The pandemic affected just about every segment of the home-improvement business, notably delaying by a year or more residents’ upgrade plans.

It’s not a surprise, then, that new paint jobs are among the leading initiatives for homeowners – and the cost for paint is on the move upward.

Now is a good time to beat the price hikes, as on Tuesday, Sherwin-Williams said its products will be 7 percent more costly beginning in August because of the rising price of raw materials, post-pandemic supply-chain issues and other related factors.

The pent-up demand for residential paint jobs has been unleashed – more strongly than anticipated – as homeowners and landlords eagerly put into motion their home painting projects.

Sherwin-Williams CEO John Morikis said Tuesday more demand means more profit.

The Cleveland-based company raised its expectations for second-quarter numbers, to be released July 27, to reach sales in the “high-teens percentage” as compared to the second quarter of 2020, and increased its full-year 2021 sales guidance to be up a high-single to low-double-digit percentage over full-year 2020, it said.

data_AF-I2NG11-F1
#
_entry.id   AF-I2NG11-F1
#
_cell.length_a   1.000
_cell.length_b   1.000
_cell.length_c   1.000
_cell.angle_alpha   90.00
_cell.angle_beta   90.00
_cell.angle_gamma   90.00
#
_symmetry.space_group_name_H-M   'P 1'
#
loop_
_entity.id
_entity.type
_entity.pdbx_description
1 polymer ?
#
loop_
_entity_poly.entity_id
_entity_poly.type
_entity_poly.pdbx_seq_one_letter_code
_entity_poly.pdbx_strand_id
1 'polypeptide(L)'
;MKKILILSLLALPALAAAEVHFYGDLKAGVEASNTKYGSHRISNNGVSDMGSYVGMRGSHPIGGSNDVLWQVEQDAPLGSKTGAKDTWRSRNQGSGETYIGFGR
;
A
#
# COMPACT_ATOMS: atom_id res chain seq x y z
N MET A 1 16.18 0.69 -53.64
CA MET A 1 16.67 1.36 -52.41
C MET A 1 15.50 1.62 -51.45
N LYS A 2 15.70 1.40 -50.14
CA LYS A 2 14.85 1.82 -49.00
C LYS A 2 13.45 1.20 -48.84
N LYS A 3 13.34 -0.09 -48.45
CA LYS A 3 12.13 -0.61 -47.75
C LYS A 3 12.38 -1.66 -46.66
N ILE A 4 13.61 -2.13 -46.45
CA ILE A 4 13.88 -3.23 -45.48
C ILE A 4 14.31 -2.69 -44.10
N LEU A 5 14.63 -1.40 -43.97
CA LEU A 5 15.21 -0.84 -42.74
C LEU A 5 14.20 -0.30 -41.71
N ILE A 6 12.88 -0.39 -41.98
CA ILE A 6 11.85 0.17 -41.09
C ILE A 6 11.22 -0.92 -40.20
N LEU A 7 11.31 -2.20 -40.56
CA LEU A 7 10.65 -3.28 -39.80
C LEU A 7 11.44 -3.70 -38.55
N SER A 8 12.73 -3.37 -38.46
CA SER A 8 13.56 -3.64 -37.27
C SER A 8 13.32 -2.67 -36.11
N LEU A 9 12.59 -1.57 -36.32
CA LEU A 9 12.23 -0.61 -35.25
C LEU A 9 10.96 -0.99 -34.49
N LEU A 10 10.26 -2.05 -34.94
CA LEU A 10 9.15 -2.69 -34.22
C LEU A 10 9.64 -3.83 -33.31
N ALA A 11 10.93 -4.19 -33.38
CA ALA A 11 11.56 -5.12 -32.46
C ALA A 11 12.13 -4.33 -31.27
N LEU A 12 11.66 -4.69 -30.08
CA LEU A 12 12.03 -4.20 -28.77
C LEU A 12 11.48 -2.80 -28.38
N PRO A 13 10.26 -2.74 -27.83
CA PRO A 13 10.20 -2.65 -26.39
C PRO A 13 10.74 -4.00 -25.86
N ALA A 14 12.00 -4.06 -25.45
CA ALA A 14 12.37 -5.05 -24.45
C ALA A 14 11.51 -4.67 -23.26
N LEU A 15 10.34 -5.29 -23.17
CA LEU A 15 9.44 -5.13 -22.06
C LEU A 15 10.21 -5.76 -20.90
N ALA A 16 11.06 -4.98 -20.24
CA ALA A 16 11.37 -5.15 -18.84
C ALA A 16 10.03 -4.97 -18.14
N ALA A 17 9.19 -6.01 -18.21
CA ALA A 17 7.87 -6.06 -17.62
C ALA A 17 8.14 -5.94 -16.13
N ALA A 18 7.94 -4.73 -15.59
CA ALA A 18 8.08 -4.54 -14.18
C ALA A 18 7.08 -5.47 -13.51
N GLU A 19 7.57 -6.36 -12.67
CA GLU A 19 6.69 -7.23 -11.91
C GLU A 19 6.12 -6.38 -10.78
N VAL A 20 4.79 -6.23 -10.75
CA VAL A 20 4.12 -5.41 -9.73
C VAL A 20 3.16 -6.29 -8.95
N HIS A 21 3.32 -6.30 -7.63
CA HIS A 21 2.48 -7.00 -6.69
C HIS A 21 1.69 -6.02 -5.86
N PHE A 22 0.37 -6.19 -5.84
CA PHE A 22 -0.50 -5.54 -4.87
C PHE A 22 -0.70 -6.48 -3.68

It called for a full-year 2021 per-share profit in a range between $8.01 and $8.31. Analysts polled by FactSet expect the company to report it at $8.52 for the year.

“We outperformed expectations in the first quarter, and sales in the Americas group and performance coatings group have been stronger than expected in the second quarter,” Morikis said in a statement.

“Demand remains strong” in the company’s architectural markets, “led by residential repaint and new residential, with continued improvement in commercial and property management.”

The stock, at about $283 on Monday, was trading at $277 early Wednesday afternoon ET.

Shares are up nearly 50% since last year.

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